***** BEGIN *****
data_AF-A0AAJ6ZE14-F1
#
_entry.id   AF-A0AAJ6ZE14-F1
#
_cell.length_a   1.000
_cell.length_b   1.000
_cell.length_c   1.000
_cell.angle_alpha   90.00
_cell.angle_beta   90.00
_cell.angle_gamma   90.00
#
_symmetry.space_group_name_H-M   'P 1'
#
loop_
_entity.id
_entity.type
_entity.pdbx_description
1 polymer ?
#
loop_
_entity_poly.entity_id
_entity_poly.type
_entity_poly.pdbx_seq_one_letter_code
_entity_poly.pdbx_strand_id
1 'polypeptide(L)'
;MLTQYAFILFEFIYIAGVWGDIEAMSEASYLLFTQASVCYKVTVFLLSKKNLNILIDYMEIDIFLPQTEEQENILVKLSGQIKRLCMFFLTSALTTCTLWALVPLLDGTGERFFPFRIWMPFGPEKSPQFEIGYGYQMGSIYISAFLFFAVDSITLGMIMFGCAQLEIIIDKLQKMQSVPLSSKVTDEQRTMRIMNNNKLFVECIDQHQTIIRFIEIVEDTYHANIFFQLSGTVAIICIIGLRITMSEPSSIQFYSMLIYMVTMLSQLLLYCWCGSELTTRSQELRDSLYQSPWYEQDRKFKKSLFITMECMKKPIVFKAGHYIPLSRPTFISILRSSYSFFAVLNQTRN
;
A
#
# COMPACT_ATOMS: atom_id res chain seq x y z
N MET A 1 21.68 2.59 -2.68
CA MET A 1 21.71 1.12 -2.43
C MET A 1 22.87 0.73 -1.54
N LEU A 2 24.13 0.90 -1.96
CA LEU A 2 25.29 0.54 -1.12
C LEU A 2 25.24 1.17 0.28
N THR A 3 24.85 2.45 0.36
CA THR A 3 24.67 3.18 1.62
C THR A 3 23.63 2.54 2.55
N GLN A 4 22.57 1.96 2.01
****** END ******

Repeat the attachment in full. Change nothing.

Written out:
data_AF-A0AAJ6ZE14-F1
#
_entry.id   AF-A0AAJ6ZE14-F1
#
_cell.length_a   1.000
_cell.length_b   1.000
_cell.length_c   1.000
_cell.angle_alpha   90.00
_cell.angle_beta   90.00
_cell.angle_gamma   90.00
#
_symmetry.space_group_name_H-M   'P 1'
#
loop_
_entity.id
_entity.type
_entity.pdbx_description
1 polymer ?
#
loop_
_entity_poly.entity_id
_entity_poly.type
_entity_poly.pdbx_seq_one_letter_code
_entity_poly.pdbx_strand_id
1 'polypeptide(L)'
;MLTQYAFILFEFIYIAGVWGDIEAMSEASYLLFTQASVCYKVTVFLLSKKNLNILIDYMEIDIFLPQTEEQENILVKLSGQIKRLCMFFLTSALTTCTLWALVPLLDGTGERFFPFRIWMPFGPEKSPQFEIGYGYQMGSIYISAFLFFAVDSITLGMIMFGCAQLEIIIDKLQKMQSVPLSSKVTDEQRTMRIMNNNKLFVECIDQHQTIIRFIEIVEDTYHANIFFQLSGTVAIICIIGLRITMSEPSSIQFYSMLIYMVTMLSQLLLYCWCGSELTTRSQELRDSLYQSPWYEQDRKFKKSLFITMECMKKPIVFKAGHYIPLSRPTFISILRSSYSFFAVLNQTRN
;
A
#
# COMPACT_ATOMS: atom_id res chain seq x y z
N MET A 1 21.68 2.59 -2.68
CA MET A 1 21.71 1.12 -2.43
C MET A 1 22.87 0.73 -1.54
N LEU A 2 24.13 0.90 -1.96
CA LEU A 2 25.29 0.54 -1.12
C LEU A 2 25.24 1.17 0.28
N THR A 3 24.85 2.45 0.36
CA THR A 3 24.67 3.18 1.62
C THR A 3 23.63 2.54 2.55
N GLN A 4 22.57 1.96 2.01